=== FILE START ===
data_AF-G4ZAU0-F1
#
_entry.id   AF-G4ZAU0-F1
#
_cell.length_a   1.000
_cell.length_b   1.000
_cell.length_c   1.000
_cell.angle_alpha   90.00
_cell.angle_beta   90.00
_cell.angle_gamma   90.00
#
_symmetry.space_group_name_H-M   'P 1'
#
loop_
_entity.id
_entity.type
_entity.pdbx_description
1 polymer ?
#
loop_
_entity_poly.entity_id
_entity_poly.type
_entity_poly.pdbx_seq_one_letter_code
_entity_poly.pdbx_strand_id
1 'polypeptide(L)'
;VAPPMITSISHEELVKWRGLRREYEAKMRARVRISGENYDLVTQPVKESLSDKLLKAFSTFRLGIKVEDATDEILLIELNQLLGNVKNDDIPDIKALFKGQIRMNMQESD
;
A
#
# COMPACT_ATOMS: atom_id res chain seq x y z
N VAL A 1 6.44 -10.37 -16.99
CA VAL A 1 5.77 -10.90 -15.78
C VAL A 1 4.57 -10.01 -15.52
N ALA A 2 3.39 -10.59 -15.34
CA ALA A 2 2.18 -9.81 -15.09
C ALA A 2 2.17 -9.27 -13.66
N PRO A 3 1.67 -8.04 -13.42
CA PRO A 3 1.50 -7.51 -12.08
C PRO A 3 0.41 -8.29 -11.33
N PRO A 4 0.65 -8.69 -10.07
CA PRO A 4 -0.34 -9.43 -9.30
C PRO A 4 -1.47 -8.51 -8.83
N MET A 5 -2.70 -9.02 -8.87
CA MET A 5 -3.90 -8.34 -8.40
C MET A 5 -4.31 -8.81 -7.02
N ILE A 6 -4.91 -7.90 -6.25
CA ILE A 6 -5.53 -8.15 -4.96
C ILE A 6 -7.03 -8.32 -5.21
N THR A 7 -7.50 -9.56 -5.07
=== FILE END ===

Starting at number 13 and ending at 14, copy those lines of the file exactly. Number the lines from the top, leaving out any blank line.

#
loop_